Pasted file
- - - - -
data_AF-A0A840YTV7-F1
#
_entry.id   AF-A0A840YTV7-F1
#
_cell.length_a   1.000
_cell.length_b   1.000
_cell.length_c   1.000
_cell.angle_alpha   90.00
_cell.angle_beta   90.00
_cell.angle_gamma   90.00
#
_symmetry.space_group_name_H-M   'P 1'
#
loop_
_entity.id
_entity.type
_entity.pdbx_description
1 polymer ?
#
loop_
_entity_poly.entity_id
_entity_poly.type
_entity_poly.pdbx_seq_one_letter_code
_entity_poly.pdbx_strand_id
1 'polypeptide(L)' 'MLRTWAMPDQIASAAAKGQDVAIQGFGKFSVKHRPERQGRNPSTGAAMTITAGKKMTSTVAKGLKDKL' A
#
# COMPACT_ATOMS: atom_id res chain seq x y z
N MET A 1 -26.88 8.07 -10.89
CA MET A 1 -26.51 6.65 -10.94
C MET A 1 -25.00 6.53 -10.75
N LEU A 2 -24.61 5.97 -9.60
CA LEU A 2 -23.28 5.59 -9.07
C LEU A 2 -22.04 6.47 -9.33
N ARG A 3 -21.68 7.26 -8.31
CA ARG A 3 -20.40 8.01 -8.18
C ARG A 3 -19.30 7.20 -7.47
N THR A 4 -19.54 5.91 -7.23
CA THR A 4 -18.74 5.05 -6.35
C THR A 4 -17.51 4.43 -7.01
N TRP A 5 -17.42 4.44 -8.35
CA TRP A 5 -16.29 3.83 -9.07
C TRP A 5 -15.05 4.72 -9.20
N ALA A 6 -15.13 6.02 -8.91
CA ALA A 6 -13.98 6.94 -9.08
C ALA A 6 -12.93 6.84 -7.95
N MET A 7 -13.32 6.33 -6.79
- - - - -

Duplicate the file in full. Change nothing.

data_AF-A0A840YTV7-F1
#
_entry.id   AF-A0A840YTV7-F1
#
_cell.length_a   1.000
_cell.length_b   1.000
_cell.length_c   1.000
_cell.angle_alpha   90.00
_cell.angle_beta   90.00
_cell.angle_gamma   90.00
#
_symmetry.space_group_name_H-M   'P 1'
#
loop_
_entity.id
_entity.type
_entity.pdbx_description
1 polymer ?
#
loop_
_entity_poly.entity_id
_entity_poly.type
_entity_poly.pdbx_seq_one_letter_code
_entity_poly.pdbx_strand_id
1 'polypeptide(L)' 'MLRTWAMPDQIASAAAKGQDVAIQGFGKFSVKHRPERQGRNPSTGAAMTITAGKKMTSTVAKGLKDKL' A
#
# COMPACT_ATOMS: atom_id res chain seq x y z
N MET A 1 -26.88 8.07 -10.89
CA MET A 1 -26.51 6.65 -10.94
C MET A 1 -25.00 6.53 -10.75
N LEU A 2 -24.61 5.97 -9.60
CA LEU A 2 -23.28 5.59 -9.07
C LEU A 2 -22.04 6.47 -9.33
N ARG A 3 -21.68 7.26 -8.31
CA ARG A 3 -20.40 8.01 -8.18
C ARG A 3 -19.30 7.20 -7.47
N THR A 4 -19.54 5.91 -7.23
CA THR A 4 -18.74 5.05 -6.35
C THR A 4 -17.51 4.43 -7.01
N TRP A 5 -17.42 4.44 -8.35
CA TRP A 5 -16.29 3.83 -9.07
C TRP A 5 -15.05 4.72 -9.20
N ALA A 6 -15.13 6.02 -8.91
CA ALA A 6 -13.98 6.94 -9.08
C ALA A 6 -12.93 6.84 -7.95
N MET A 7 -13.32 6.33 -6.79